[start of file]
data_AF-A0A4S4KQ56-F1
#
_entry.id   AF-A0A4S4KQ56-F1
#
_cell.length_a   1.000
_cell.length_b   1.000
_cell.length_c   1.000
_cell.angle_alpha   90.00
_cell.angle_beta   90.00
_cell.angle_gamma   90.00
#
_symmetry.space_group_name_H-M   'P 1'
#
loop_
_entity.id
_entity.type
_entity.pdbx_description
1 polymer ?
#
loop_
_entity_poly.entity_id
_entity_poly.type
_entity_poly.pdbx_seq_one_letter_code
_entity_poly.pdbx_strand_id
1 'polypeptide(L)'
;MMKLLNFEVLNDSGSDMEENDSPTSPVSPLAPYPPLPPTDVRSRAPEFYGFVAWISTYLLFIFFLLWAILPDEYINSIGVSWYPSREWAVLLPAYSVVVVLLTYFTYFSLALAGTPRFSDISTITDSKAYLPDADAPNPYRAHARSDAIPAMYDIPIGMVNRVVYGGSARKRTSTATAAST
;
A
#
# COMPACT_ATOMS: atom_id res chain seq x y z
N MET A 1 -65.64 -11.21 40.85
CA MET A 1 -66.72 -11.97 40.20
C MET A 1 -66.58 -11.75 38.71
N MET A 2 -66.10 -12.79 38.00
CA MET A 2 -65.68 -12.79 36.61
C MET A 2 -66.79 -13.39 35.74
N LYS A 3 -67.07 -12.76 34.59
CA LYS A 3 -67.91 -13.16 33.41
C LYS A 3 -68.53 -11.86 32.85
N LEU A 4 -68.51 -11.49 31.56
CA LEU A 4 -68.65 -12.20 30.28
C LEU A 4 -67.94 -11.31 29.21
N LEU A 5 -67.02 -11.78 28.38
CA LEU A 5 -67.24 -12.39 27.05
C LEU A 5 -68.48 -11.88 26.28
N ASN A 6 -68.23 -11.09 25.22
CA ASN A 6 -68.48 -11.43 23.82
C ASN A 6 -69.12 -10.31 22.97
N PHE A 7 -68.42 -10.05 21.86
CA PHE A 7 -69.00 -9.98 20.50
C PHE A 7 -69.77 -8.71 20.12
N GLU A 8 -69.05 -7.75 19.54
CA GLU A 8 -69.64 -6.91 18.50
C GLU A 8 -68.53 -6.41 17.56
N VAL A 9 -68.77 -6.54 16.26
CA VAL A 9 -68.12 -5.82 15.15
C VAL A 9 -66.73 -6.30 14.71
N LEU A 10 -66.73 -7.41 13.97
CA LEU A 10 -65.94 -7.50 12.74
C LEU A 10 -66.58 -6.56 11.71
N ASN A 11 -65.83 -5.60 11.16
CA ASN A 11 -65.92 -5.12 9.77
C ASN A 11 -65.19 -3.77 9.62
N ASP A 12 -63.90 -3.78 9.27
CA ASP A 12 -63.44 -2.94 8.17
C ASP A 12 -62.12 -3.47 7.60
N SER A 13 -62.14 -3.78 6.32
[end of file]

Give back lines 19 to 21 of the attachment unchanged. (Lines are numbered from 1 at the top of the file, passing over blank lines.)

#
loop_
_entity_poly.entity_id